Nothing can enhance the taste of your meal better than hand-picked herbs from your indoor garden. And anyone of us can grow indoor herb garden as long as you make sure to get started the right way. Herbs can do fine in any bright corner and do not need direct sunlight or any special light. The key to successfully growing an indoor garden is understanding the plant requirements and adapting smart techniques to give them what they need. Here are top tips to grow an indoor herb garden
Ample Lighting is Crucial
Providing enough light is the most crucial factor in the growth of your indoor herb garden. The more light you are able to provide to your garden, the better they will grow. A bright sunny window or a sunroom that receives 6-8 hours of sunlight per day is best for the herbs. If the windows aren’t large enough to store the pots, you can add a table or a stand facing the window.
If the absence of direct sunlight, you can provide an additional light source for your indoor herb garden. Parsley, mint and chives are herbs that grow fine even with 2-3 hours of light every day.
Slow, Infrequent Watering is Best
Watering the herbs well is important but too much water may be fatal for the plant. Therefore, a good drainage system is vital. Allow the pots to dry in between two watering sessions. Insert fingers and test if the soil is dry at least up to 2 inches before watering it.
Use a hand spray to water the top slowly as pouring in a lot of water at once may get drained giving little time for absorption. Add some sand or vermiculite to the potting soil helps balance out between absorption and drainage.
Grow Each Herb in a Separate Pot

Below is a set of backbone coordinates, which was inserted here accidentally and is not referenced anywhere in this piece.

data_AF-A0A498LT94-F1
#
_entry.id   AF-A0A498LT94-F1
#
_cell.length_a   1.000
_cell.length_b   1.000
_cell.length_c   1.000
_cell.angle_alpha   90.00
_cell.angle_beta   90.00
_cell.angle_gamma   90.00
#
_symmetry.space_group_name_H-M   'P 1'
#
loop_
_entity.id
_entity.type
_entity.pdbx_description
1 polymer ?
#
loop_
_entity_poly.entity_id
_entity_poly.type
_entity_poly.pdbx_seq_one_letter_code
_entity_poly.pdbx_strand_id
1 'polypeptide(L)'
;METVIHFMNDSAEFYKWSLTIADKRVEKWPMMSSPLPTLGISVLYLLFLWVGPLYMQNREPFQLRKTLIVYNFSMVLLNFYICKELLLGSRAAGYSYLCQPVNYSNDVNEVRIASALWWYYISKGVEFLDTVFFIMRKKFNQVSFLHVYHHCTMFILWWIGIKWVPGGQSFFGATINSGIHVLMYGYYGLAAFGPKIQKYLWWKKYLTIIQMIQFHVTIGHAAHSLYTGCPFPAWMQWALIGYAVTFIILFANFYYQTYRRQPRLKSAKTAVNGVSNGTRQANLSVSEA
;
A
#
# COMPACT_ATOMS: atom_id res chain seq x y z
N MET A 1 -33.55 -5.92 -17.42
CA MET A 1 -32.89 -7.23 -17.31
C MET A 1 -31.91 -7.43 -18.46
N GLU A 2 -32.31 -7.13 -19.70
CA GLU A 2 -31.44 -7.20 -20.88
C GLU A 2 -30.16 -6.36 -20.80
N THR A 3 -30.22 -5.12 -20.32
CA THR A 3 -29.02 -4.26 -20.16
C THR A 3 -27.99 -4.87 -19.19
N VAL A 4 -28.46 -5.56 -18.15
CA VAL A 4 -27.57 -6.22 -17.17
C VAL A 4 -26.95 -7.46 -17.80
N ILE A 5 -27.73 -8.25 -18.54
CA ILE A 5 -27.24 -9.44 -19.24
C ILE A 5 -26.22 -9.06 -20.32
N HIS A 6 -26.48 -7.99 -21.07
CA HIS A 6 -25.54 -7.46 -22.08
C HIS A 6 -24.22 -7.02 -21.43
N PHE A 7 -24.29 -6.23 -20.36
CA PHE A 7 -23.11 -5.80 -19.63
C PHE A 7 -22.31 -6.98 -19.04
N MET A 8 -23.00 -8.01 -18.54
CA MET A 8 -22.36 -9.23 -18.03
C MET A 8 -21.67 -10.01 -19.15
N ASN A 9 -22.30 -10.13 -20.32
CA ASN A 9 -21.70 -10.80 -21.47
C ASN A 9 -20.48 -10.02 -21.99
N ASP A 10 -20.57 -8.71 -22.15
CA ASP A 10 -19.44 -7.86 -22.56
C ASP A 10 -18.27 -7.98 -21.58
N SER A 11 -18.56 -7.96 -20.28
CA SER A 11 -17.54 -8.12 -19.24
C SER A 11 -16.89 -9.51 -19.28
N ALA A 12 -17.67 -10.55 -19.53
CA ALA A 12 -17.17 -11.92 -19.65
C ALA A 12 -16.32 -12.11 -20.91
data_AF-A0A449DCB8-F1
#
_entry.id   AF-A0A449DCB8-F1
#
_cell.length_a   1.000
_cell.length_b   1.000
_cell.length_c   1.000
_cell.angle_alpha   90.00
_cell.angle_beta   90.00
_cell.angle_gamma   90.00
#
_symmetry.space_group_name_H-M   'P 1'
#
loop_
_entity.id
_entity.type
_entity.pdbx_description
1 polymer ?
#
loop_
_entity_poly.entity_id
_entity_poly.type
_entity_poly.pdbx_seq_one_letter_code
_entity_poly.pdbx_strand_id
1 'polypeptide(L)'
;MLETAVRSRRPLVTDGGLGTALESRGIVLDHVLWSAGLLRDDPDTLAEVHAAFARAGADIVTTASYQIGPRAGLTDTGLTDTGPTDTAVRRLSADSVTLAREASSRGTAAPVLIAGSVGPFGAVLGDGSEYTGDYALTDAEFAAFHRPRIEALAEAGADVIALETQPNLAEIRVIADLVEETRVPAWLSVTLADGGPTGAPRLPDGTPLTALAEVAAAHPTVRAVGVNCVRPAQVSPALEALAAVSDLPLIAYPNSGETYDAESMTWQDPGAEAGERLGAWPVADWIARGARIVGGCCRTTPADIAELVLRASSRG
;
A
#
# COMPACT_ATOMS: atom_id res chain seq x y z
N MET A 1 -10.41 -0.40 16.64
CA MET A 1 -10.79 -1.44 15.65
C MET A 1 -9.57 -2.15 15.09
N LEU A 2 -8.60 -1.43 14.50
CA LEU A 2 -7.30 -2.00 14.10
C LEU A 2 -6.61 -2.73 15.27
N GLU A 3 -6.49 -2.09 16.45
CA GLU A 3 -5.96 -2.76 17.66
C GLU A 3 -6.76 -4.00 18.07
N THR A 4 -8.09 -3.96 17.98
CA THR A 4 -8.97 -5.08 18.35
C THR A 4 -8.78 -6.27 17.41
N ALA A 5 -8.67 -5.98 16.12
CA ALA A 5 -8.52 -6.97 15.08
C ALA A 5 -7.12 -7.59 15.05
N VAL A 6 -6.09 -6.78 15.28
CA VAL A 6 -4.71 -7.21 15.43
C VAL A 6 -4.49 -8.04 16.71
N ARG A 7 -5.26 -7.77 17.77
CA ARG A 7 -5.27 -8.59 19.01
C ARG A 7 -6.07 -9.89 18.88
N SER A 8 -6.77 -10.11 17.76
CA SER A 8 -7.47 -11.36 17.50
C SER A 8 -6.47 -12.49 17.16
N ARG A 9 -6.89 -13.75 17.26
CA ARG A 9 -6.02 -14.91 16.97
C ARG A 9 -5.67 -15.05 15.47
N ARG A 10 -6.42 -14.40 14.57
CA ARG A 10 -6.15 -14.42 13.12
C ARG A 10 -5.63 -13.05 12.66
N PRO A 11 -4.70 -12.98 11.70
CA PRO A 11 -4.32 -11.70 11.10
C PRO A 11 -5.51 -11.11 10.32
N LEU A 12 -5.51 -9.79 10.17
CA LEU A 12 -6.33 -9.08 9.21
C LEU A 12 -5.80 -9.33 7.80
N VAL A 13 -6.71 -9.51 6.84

It is a common practice to grow multiple herbs in the same pot when outdoors. However, for the indoor garden, it is recommended to grow each herb in a separate pot. You may need to adjust the amount of light one herb is receiving, which might not be right for another plant. Similarly, soil and manure needs for each herb might be different. When you grow plants separately, it is much easier to address the needs
Seaweed or Fish Based Organic Fertilizer
Both seaweed and fish emulsion have a high concentrate of nitrogen which promotes strong healthy growth for your indoor herbs. You can fertilize your plants once a week, fortnight or month depending on the herb you have planted. Some people also prefer making a low-concentrate solution of fertilizer and mix it when watering the plant.
Enable Proper Air Circulation
Leave enough space when placing pots to facilitate proper air circulation around your herbs. When the herbs are placed too close or in contact with one another, it results in spreading of disease. It is a good idea to rearrange the pot once in a while. This allows breathing room to the herbs and prevents the air from becoming too stagnant.
Keep a balanced mix of water, light, and temperature. If the temperature is high, shift the plant from direct sunlight. Similarly, a herb in a clay pot in low light will need lesser water as compared to herb in a plastic pot facing the window. And most importantly, show your indoor herb garden some love.